Former US President Obama vowed not to arm Kurdish groups in Syria to appease Turkey, but reporters have traced Serbian mortar shells purchased by the Pentagon to a banned militia.
By Ivan Angelovski and Lawrence Marzouk*
Serbia’s Ministry of Trade and the state-owned ammunition producer Krusik have revealed that mortars found with a Kurdish militia in Syria were from a batch sold, almost in its entirety, to the Pentagon’s Special Operations Command, SOCOM.
SOCOM, which is responsible for securing weapons for US-backed rebels fighting ISIS in Syria, has denied buying the mortar shells despite being presented with statements from Krusik and the Serbian ministry, as well as leaked Pentagon shipping documents, which support the claim.
The revelation appears to confirm that Kurdish militia in Syria were getting their hands on ammunition purchased by the US long before US President Donald Trump decided in May to lift a ban on arming them.
It is not clear how the Kurdish People’s Protection Units, known as the YPG, which forms a key part of the Pentagon-backed, anti-ISIS group called the Syrian Democratic Forces, SDF, received the mortars back in 2016.
Former US President Barack Obama had repeatedly vowed that only Arab units of the SDF would receive equipment in order to appease NATO-ally Turkey, which brands the YPG a terrorist organisation.
In August 2016, a Turkish-backed rebel group called Sham Legion advanced on the YPG in northern Syria near the Turkish border, seizing piles of Kalashnikovs and ammunition.
Photos of the haul analysed by the Balkan Investigative Reporting Network, BIRN, and the Organized Crime and Corruption Reporting Project, OCCRP, revealed several packages of Serbian 120mm mortar rounds.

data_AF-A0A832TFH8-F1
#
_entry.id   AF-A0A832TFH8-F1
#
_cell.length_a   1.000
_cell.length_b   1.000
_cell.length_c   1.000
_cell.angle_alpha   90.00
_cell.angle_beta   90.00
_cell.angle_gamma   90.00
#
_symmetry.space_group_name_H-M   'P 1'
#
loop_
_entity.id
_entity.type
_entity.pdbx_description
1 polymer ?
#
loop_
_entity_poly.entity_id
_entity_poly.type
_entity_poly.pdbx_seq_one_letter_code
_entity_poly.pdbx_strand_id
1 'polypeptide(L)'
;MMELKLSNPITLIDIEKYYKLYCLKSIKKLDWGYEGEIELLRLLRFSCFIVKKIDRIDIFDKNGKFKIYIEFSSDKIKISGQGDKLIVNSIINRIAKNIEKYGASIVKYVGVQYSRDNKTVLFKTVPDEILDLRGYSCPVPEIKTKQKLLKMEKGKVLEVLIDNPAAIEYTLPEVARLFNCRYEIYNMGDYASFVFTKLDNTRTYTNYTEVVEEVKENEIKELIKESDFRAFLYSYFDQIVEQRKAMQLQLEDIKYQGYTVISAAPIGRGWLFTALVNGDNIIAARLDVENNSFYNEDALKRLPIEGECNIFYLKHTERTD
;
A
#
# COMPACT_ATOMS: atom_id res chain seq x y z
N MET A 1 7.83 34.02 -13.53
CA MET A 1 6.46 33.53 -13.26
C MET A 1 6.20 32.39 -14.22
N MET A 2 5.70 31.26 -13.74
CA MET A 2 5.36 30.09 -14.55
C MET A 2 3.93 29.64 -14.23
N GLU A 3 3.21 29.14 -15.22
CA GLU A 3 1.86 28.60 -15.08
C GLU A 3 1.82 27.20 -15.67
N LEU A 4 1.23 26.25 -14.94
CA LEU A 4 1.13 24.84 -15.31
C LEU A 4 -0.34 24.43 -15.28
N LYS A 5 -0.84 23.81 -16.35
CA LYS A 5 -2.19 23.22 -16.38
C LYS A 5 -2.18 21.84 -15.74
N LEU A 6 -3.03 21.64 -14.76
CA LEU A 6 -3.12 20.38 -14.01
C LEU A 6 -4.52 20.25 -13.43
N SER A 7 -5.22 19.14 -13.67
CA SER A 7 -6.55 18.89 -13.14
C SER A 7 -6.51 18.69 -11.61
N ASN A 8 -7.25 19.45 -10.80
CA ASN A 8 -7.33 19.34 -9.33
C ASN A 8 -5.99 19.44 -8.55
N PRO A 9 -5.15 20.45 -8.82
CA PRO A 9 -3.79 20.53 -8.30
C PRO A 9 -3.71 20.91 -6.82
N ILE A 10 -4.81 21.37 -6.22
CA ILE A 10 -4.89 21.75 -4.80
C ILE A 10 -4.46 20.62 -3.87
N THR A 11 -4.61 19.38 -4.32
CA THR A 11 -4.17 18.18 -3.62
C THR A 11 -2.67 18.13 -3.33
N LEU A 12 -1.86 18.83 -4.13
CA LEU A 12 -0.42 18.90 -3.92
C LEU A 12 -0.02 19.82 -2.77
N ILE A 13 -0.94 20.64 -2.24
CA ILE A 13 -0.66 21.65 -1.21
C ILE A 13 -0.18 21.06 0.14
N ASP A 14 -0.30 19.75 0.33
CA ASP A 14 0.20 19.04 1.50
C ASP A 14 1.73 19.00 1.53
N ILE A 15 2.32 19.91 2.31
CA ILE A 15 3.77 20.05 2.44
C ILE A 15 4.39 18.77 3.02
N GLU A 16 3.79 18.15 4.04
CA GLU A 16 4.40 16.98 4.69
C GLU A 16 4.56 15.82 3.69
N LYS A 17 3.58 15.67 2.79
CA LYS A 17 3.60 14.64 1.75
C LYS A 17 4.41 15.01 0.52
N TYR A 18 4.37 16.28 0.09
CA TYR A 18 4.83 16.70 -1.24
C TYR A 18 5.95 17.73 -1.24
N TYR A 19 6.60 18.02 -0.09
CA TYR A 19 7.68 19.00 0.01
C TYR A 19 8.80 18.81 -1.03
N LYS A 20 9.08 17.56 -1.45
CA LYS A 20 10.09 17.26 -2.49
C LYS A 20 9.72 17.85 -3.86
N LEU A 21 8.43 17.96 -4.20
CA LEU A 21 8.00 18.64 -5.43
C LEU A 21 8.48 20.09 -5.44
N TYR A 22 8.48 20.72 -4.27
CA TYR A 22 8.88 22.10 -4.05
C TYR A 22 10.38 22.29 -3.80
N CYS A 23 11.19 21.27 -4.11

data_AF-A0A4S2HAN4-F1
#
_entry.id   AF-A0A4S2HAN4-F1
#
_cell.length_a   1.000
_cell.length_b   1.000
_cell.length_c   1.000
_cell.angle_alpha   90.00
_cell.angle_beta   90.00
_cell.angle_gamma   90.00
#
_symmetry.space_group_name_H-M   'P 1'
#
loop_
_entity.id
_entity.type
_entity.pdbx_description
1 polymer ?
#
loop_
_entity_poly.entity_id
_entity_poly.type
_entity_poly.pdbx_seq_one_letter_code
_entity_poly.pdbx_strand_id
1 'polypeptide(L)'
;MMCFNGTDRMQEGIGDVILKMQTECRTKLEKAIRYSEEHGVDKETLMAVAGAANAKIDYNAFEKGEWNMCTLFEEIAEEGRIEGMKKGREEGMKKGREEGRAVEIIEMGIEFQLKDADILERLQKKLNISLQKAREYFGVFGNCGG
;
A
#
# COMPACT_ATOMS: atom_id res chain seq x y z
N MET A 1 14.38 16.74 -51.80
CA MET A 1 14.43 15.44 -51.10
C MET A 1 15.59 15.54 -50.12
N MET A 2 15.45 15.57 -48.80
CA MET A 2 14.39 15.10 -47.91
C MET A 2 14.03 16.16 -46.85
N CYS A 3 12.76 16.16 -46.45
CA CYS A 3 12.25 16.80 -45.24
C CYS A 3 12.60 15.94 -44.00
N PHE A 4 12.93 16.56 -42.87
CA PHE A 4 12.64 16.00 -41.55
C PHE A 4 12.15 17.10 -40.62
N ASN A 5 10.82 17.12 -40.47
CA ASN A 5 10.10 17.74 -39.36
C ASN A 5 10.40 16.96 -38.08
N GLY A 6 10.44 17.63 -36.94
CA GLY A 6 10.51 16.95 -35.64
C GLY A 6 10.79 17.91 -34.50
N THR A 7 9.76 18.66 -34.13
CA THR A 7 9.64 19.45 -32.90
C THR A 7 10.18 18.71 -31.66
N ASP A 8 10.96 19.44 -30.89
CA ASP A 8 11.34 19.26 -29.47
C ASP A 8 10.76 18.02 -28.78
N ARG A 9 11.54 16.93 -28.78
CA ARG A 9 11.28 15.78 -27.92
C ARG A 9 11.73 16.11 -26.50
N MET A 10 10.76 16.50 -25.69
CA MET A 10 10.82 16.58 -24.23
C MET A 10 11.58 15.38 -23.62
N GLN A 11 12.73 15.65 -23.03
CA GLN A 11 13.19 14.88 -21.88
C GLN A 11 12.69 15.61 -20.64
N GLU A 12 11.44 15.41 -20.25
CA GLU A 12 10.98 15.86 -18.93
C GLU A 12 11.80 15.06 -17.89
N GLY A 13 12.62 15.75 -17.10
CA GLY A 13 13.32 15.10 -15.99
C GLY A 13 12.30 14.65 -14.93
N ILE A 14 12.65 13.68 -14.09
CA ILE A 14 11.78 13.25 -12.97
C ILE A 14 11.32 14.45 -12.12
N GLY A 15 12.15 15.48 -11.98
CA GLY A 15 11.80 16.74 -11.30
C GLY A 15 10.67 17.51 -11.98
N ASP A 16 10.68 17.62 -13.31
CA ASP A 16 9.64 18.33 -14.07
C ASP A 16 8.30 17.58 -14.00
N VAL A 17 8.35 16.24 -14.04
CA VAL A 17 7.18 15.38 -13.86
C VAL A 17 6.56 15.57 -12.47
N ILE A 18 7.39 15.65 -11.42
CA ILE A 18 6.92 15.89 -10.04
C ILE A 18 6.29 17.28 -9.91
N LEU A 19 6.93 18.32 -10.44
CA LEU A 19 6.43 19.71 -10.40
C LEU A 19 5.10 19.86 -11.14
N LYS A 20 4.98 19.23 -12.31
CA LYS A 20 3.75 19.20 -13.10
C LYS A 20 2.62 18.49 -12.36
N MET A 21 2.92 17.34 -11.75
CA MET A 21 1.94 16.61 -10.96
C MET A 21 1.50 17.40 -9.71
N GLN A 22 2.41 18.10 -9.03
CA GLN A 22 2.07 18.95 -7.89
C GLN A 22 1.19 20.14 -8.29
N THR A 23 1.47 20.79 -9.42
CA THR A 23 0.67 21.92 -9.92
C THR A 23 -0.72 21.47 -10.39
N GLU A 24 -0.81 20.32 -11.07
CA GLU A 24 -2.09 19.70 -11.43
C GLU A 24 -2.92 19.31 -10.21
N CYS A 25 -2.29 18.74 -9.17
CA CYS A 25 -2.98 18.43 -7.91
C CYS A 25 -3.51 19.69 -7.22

The ammunition was marked with the lot number “KV 01/15” which was clearly visible on the packaging in the released photos. The ID number is not unique but indicates it is part of the first batch of shells produced in 2015 by the state-owned Krusik ammunition factory in Valjevo, western Serbia.
Serbia’s Ministry of Trade told BIRN and OCCRP the 8,860 mortar shells from “lot KV-01/15” had been delivered to Cameroon and Saudi Arabia – neither of which have backed Kurdish rebels in Syria – and SOCOM’s US base in Kuwait, a major logistical base for the Pentagon’s programme to arm Syrian rebels.
It declined to say how many mortars went to each destination but added the shipment to Kuwait was made via an unnamed US firm.
Krusik added in a statement that 602 shells were exported to Cameroon and 270 shells to Saudi Arabia, while the remaining 7,988 were sold to Yugoimport, the Serbian state-owned arms broker, in batches of 4,000; 3,938 and 50. It, however, would not reveal their final destination.
The two official statements indicate the full 7,988 shells were transferred to SOCOM in Kuwait, but the ministry, Krusik and Yugoimport declined to confirm this.
Further evidence of the transfer is provided, however, through Azerbaijani Silk Way air cargo documents leaked online in June.
These reveal that in February 2016, 4,000 mortars of the exact type found in Syria were delivered to SOCOM in Kuwait through Yugoimport via US companies Chemring Military Products and UDC USA Inc.
Given the absence of lot numbers in the shipping documents, and a lack of confirmation from the firms and authorities involved, it is impossible to state definitively that this delivery relates to the mortars found with Kurds in Syria, although the dates and figures tally with information provided by Serbia authorities.
SOCOM said in a written statement that it had not bought mortars from this batch, but did not respond to requests for clarification when challenged with official information from Serbia.
This investigation is produced by BIRN as a part of Paper Trail to Better Governance project.
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